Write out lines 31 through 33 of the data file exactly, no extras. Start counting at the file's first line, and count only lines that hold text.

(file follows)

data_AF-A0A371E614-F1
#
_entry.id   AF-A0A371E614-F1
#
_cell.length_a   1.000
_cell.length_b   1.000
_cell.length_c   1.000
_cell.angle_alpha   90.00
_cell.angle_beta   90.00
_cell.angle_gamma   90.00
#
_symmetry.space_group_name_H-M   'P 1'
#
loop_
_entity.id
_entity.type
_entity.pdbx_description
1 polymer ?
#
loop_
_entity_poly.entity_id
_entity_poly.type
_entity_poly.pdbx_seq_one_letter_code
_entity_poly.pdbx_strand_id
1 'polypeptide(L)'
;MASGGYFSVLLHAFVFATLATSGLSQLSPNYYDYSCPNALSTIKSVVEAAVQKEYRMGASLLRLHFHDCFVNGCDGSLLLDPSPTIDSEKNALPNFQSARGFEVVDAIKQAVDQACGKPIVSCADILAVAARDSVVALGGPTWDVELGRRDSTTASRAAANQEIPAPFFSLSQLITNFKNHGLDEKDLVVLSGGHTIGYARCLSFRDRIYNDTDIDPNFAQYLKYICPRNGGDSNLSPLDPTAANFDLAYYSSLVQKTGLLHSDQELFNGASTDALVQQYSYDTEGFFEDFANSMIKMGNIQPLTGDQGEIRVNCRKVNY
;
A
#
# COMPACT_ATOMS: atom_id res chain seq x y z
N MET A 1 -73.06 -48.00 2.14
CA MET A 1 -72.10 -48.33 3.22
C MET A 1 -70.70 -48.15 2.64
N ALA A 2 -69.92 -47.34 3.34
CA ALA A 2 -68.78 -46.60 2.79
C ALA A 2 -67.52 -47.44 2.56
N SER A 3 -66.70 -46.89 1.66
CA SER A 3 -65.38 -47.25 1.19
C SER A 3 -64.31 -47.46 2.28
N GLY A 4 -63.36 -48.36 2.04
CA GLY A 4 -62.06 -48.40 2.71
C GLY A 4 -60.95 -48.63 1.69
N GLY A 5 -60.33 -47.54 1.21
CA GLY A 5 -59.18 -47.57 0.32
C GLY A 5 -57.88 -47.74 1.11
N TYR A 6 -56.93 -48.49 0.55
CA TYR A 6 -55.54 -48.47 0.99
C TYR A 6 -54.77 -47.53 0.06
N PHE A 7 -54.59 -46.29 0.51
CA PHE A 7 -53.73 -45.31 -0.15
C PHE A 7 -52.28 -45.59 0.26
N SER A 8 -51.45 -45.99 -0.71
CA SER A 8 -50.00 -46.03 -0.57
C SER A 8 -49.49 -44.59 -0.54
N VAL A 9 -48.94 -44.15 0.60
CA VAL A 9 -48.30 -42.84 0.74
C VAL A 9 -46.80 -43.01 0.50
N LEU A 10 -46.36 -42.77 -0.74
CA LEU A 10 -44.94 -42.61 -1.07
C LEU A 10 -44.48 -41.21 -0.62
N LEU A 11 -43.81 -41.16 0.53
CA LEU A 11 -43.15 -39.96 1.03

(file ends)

N MET A 1 -73.06 -48.00 2.14
CA MET A 1 -72.10 -48.33 3.22
C MET A 1 -70.70 -48.15 2.64